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Let $V$ be the set of all complex-valued functions $f$ on the real line such that (for all $t \in \Bbb R) \ \ f(-t) = \overline {f(t)} $. The bar denotes complex conjugation.

(i) Show that $V$, with the operations $(f + g)(t) = f(t) + g(t)$ and $(cf)(t) = cf(t)$ is a vector space over the field of real numbers but NOT a vector space over the filed of complex numbers.

(ii) Give an example of a function in $ V$ which is NOT real-valued.

My Try:

(i) $ (f + g)(-t) = f(-t) + g(-t) = \overline {f(t)} + \overline {g(t)} = \overline {f(t) + g(t)} = \overline {(f + g)(t)}$ .

$ (cf)(-t)=cf(-t)=c \overline{f(t)}= \overline{c f(t)} $ .

Hence, a subset $V$ of the real vector space of all functions from $\Bbb R $ to $\Bbb C $ is closed under addition and multiplication by real numbers. This means that $V$ is a subspace and satisfies all properties of a vector space.

Hence $V$ is a vector space over the field of real numbers.

BUT I DON'T KNOW HOW TO PROVE that $V$ is NOT a Vector Space over the filed of complex numbers. Please help me solve this.

(ii) An example of a non-real-valued function in $V$ is $f(t) = it$

Now, how will I prove that this function is in $V$ ?

My attempt is given below:

$f(t) = it$

$\Rightarrow f(-t)= i(-t)=-it$

or $f(t) = it$

$\Rightarrow f[-(-t)]=it$

$\Rightarrow \overline {f(-t)}=it$

$f(t)+f(-t)=0 \in V$

This is University exam question and I'm preparing for the same exam. Part (i) is for 10 marks and Part (ii) is for 5 marks.

If there is any mistake, please correct the solution given by me and help me complete the solution.


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Consider the space $\mathcal{F}$ of all complex valued functions on the real line. That is - easily seen - an $\mathbb{R}$ vector space as well as a $\mathbb{C}$ vector space. $V \subset \mathcal{F}$ is an $\mathbb{R}$-subspace. What condition must an $\mathbb{R}$-subspace of a $\mathbb{C}$ vector space fulfill to be a $\mathbb{C}$-subspace? – Daniel Fischer Jul 22 '13 at 12:12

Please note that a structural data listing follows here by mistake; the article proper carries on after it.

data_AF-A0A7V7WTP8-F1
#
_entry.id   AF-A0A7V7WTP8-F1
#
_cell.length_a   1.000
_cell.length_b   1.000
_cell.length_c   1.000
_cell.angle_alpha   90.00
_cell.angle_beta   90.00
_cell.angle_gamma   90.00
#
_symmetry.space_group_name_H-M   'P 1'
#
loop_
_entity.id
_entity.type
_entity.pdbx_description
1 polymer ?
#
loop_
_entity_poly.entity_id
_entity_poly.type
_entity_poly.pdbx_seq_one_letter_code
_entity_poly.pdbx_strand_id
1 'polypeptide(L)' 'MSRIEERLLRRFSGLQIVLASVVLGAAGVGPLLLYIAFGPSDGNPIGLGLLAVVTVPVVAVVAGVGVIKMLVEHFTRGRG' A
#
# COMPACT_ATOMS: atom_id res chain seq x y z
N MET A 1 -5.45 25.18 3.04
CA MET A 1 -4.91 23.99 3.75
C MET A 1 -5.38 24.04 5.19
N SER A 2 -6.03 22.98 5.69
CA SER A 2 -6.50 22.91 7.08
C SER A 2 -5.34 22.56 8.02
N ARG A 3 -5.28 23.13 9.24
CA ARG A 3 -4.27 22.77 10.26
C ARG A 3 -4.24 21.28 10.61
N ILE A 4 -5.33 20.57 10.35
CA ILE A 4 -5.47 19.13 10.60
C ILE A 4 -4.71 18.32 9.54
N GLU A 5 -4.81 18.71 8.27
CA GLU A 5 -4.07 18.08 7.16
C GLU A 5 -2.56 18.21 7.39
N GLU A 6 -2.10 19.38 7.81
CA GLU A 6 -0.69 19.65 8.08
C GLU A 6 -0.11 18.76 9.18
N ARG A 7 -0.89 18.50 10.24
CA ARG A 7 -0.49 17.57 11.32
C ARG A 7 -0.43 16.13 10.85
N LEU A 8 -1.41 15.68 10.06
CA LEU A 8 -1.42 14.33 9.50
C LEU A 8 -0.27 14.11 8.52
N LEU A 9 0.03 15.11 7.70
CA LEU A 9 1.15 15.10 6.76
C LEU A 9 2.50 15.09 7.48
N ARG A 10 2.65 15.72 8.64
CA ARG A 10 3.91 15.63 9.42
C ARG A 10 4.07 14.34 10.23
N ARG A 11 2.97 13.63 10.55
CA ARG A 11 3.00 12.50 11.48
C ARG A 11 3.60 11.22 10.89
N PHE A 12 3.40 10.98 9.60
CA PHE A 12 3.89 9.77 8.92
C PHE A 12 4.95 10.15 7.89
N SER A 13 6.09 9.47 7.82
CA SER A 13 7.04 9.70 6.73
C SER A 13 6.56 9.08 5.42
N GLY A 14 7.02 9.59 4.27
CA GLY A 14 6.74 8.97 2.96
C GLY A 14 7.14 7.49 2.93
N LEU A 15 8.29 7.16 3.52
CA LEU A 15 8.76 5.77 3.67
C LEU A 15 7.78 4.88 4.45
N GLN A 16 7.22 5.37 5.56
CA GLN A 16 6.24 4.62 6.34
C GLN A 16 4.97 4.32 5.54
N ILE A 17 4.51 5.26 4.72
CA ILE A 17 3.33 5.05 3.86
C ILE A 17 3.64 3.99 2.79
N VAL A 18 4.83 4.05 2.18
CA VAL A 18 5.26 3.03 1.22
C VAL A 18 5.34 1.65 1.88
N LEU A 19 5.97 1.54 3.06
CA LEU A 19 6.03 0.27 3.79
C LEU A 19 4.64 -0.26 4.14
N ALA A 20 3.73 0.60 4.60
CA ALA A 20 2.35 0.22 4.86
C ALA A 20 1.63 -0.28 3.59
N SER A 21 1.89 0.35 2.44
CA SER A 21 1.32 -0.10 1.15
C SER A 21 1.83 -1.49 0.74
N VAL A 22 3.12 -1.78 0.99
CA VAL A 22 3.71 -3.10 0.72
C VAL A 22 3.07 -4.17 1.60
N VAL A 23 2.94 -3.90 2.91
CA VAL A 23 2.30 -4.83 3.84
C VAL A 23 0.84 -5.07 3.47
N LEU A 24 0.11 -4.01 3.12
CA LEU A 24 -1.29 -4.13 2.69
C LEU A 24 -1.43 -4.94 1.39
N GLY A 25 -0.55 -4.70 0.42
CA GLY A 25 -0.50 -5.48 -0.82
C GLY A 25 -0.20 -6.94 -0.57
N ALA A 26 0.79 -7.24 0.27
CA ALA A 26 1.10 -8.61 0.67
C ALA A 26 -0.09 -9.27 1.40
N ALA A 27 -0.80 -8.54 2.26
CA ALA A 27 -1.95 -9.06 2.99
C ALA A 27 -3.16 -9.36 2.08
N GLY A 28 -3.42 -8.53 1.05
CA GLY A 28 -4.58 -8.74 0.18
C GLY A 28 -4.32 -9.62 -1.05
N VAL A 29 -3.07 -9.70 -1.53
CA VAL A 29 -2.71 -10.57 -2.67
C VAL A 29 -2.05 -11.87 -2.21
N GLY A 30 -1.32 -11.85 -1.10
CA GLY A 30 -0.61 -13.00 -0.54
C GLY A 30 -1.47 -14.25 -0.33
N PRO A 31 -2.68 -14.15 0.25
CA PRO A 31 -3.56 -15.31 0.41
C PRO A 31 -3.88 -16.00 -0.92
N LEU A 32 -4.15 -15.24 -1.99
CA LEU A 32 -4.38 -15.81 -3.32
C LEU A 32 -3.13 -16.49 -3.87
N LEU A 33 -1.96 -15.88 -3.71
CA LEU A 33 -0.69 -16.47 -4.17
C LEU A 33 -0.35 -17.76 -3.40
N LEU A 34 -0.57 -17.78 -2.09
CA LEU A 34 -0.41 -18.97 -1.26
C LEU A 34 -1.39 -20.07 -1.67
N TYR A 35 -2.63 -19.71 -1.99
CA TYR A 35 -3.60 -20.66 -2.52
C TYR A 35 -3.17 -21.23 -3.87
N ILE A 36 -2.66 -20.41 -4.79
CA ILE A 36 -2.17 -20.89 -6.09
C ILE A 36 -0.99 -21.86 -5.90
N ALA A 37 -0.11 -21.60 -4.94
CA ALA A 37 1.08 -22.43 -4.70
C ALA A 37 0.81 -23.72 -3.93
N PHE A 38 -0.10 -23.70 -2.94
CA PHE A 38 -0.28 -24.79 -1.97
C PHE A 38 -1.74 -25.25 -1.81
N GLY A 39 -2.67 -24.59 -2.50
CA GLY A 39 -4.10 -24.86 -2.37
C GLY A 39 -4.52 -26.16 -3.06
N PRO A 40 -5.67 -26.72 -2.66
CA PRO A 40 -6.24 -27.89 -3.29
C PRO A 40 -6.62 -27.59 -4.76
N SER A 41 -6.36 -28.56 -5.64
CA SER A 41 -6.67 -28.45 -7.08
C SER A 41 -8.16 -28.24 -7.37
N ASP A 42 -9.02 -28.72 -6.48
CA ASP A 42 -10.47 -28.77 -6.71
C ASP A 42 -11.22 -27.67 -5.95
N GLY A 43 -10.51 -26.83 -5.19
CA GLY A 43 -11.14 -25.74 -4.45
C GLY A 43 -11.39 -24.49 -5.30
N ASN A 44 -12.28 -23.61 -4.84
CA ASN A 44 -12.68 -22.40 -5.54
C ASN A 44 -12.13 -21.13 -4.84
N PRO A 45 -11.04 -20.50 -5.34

i) If $c \not \in \mathbb{R}$ then $c\not=\bar c$ and $c\overline{f(t)}\not=\overline{cf(t)}$. – Angela Richardson Jul 22 '13 at 12:14
For (i) you forgot to show that $V\ne \emptyset$, but that is clear anyway from the example in (ii). – Hagen von Eitzen Jul 22 '13 at 13:03
Thank you all... – Jackson George Jul 22 '13 at 21:20
up vote 3 down vote accepted

If $\,V\,$ were a complex linear space then it'd fulfill

$$(if)(-x)=\overline{(if)(x)}\;,\;\;\forall\,f\in V$$

Yet for $\,f(x)=1\;,\;\;\forall\,x\in\Bbb R\;$ , we get:

$$\begin{align*}(if)(-x)&=i(f(-x))=i(1)=i\\ \overline{(if)x}&=\overline{i(f(x)}=\overline i\overline{f(x)}=-i(1)=-i\end{align*}$$

For part two I think it's easier and simpler:

$$\forall\,t\in\Bbb R\;,\;\;f(t):=it\implies f(-t)=-it=\overline{it}=\overline{f(t)}$$

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$f(x)=i$ does not belong to $V$. – Christian Bueno Jul 22 '13 at 14:42
Why not, @ChristianBueno ? – DonAntonio Jul 22 '13 at 14:50
@DonAntonio : Hi DonAntonio, Please edit the above answer to: $(if)(-x)=i(f(-x))=i\overline{f(x)}=i(-i)=(-1)(-1)=1$ $\overline{(if)x}=\overline{i(f(x))}=\overline i\overline{f(x)}=-i(-i)=(1)(-1)=-1$ $\\$ Thanks. – Jackson George Jul 22 '13 at 17:24
@DonAntonio Because $f(-x)=i\neq -i = \overline{i}=\overline{f(x)}$. Since it fails this criterion it fails to be in $V$. On the other hand, a constant real function would work. – Christian Bueno Jul 22 '13 at 19:50
Thanks @ChristianBueno , you're right. – DonAntonio Jul 22 '13 at 20:02

It will be easier to answer your questions in reverse order.

Part (ii)

The necessary and sufficient condition for a function $f$ to belong to $V$ is that $f(-t)=\overline{f(t)}$. If $f(t)=it$ then we have that $f(-t)=-it=\overline{it}=\overline{f(t)}$ as desired.

Part (i)

Once again let $f(t)=it$. From before we know that $f\in V$, but if $V$ were truly a complex vector space, it would follow that $g(t)=(a+bi)f(t)=-bt+ati$ would also belong to $V$ (for all $a$ and $b$). However, this is not the case because $g(-t)=bt-ati\neq -bt-ati = \overline{g(t)}$. So we must conclude that $V$ is not a complex vector space.

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Let $f\in V$, $c\in\mathbb C$. Then $(cf)(-x)=c\cdot f(-x)=c\cdot \overline{f(x)}$ and this is in general $\ne\overline{(cf)(x)}=\overline c\cdot\overline{f(x)}$. In concreto, it suffices to find $c\in\mathbb C$ with $c\ne\overline c$ (for example $c=i$) and $f\in V$, $x\in \mathbb R$ with $f(x)\ne 0$ (for example $x=1$ with the function used as example in (ii) or simlpy $t\mapsto t^2$).

For (ii) you seem to be showing $f(t)+f(-t)=0$, but what you really need is (per definition of $V$), $f(-t)=\overline{f(t)}$. And indeed $f(-t)=-it=\overline{it}=\overline{f(t)}$.

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